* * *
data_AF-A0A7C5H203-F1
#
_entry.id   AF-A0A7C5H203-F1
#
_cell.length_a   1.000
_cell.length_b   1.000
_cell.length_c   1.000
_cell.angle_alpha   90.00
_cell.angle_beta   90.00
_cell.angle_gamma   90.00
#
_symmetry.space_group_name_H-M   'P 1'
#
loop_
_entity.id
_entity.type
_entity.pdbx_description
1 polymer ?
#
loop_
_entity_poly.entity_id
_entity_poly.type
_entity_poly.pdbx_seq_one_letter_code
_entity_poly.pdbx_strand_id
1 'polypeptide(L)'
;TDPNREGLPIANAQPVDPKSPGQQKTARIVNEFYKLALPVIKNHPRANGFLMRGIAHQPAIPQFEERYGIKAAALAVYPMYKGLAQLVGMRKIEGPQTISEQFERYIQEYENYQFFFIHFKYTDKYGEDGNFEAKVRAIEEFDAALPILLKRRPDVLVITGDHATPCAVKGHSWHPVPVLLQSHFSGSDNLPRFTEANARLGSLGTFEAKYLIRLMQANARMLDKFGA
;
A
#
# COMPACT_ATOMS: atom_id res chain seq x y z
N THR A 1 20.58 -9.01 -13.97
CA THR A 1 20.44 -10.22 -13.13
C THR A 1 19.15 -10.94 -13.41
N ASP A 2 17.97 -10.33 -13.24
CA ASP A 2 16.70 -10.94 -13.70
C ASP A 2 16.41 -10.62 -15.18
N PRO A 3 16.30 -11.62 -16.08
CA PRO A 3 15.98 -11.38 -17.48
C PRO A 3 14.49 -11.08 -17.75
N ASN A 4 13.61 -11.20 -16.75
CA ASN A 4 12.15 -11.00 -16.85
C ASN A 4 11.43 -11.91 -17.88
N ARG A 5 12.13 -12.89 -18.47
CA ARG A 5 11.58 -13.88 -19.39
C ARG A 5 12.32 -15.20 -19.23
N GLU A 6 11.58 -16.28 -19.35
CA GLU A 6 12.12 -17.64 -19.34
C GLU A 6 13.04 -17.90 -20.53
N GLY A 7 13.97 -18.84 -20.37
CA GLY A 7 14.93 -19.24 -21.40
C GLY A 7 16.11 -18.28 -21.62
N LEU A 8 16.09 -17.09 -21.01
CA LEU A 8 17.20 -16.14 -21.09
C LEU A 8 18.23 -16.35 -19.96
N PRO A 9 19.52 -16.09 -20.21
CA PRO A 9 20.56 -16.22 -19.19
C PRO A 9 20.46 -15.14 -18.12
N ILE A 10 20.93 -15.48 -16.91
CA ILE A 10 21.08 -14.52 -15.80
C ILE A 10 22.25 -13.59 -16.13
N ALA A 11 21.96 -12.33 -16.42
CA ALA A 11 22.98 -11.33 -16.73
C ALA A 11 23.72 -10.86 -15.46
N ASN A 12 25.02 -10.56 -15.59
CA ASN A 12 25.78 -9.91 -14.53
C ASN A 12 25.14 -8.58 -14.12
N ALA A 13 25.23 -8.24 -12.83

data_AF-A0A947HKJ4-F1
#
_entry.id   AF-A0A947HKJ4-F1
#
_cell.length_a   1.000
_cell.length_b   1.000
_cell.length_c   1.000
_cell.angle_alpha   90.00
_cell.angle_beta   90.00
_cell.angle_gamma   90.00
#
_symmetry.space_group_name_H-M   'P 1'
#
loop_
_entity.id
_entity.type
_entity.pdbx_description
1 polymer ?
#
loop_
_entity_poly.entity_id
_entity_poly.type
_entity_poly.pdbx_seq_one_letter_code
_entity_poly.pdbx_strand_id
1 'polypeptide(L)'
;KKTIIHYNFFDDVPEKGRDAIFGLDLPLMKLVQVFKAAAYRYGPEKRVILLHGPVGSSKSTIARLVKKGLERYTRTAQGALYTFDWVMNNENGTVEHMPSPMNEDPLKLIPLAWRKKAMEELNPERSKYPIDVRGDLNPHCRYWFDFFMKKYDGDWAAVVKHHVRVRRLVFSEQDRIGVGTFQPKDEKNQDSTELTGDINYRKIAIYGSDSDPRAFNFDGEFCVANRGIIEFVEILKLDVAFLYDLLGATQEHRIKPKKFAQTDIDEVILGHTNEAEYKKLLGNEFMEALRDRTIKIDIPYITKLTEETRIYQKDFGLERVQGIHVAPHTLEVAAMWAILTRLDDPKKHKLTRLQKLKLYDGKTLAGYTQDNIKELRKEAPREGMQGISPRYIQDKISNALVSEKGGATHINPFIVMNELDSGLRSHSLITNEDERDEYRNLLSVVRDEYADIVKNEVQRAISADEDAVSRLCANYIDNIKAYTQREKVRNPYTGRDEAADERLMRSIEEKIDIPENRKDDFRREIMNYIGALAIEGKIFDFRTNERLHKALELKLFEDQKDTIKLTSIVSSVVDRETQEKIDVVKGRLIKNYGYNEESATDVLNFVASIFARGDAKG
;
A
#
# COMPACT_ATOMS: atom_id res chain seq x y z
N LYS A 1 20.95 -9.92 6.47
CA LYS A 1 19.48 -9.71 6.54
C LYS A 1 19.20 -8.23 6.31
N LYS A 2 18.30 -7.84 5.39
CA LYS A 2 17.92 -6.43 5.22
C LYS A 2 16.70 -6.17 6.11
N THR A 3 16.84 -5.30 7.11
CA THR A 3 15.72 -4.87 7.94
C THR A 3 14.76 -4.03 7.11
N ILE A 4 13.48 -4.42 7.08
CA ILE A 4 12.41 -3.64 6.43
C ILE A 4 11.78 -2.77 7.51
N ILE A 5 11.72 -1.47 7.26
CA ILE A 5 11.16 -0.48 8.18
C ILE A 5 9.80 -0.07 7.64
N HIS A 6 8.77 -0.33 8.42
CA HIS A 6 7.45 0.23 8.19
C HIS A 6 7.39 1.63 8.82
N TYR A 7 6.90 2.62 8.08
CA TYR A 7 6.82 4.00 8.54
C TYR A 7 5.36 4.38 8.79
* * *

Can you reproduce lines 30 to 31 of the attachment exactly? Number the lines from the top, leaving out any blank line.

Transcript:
# COMPACT_ATOMS: atom_id res chain seq x y z
N THR A 1 20.58 -9.01 -13.97